Department of Immunology, Walter Reed Army Institute of Research, Infectious Disease Service, Walter Reed Army Medical Center, Smith Kline Beecham Pharmaceuticals, King of Prussia, DeWitt Wallace Research Laboratory, Memorial Sloan-Kettering Cancer Center, Washington, DC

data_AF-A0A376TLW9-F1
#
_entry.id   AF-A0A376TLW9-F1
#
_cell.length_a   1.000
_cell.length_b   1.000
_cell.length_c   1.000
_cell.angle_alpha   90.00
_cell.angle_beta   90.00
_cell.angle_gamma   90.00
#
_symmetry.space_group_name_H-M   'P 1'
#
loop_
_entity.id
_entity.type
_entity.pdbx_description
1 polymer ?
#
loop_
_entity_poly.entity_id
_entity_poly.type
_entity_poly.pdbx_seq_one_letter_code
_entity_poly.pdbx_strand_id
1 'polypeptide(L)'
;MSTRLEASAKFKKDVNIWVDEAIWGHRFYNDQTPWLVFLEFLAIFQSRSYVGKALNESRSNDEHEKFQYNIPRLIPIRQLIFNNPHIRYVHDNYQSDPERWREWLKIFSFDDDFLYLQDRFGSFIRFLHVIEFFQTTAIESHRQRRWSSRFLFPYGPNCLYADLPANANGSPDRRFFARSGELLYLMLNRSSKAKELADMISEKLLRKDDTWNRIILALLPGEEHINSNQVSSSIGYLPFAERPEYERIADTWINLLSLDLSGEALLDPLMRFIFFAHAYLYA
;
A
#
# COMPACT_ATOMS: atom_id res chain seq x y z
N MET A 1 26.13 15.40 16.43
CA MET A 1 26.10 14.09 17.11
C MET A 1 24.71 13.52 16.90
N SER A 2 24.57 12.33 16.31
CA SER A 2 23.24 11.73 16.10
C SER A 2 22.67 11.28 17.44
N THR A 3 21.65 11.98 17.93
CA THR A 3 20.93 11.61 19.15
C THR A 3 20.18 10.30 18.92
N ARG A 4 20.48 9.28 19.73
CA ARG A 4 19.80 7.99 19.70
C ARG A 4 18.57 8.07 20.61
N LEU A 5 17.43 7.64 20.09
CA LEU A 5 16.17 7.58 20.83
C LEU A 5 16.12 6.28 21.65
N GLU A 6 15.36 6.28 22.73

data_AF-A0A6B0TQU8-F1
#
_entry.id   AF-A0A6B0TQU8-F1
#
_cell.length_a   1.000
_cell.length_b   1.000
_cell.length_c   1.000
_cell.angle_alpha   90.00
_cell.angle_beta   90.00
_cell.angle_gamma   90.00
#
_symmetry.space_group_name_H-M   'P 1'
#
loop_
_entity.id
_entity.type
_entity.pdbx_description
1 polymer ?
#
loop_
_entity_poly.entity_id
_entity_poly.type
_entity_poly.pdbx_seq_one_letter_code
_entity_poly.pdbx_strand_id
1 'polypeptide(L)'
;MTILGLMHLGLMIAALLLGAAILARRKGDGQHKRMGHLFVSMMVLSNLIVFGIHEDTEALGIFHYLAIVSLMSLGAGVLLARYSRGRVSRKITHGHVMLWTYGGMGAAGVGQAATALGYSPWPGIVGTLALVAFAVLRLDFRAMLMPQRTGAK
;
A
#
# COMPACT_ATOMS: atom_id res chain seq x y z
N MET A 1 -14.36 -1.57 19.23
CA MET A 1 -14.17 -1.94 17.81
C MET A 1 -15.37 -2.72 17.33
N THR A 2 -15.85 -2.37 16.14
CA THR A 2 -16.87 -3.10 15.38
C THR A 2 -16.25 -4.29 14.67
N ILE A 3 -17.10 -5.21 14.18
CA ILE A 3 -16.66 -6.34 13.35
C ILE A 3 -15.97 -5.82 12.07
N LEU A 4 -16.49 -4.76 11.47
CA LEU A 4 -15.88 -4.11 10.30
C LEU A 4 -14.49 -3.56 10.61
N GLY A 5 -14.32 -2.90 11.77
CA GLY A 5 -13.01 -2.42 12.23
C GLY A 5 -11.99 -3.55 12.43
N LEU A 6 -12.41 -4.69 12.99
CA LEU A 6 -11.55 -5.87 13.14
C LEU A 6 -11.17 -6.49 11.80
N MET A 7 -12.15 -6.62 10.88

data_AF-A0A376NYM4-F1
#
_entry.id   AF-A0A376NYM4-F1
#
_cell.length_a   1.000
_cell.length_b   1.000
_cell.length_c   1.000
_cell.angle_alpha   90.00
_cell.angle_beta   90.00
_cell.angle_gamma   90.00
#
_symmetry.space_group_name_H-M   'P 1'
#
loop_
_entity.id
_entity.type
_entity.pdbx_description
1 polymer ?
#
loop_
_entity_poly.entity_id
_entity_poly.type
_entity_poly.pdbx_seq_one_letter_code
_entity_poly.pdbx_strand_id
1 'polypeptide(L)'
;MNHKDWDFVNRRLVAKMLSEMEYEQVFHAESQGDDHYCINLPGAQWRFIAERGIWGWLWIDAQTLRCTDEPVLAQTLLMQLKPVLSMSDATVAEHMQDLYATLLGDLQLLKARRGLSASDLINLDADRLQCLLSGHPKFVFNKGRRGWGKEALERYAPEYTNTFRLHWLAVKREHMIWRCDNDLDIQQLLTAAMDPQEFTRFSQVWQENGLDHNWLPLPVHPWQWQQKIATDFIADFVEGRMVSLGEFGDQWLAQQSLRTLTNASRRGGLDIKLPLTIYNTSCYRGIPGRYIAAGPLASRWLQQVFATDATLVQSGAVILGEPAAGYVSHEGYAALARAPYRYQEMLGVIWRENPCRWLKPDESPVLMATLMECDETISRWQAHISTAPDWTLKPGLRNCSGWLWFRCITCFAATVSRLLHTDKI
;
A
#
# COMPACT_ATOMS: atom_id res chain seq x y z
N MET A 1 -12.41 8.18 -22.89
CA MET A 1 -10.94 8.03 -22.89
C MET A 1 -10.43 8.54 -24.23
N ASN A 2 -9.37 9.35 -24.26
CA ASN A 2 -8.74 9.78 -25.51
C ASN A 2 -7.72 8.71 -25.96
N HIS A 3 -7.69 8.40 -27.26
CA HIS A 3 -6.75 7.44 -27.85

A Plasmodium falciparum glycophorin binding protein (GBP-130) has been implicated in protective immunity to malaria. The gene for GBP-130 encodes a protein containing 11 tandemly repetitive 50 amino acid units. We report an immunization trial in Aotus monkeys using a recombinant DNA protein containing three of these 50 amino acid repeats. When administered with aluminum hydroxide, this antigen induced low levels of antibodies that reacted with the recombinant protein by ELISA and with parasite antigens in immunoblot and immunofluorescence assays, but not by immunoprecipitation. When administered with Freund's complete adjuvant, this antigen induced high levels of antibodies that reacted in ELISA, immunoblot, immunofluorescence, and immunoprecipitation assays. Serum from immunized monkeys did not inhibit parasite growth, and protection from intravenous challenge with P. falciparum-infected erythrocytes was not observed in any experimental group. These results suggest that the repetitive region of GBP-130 is not a useful vaccine candidate.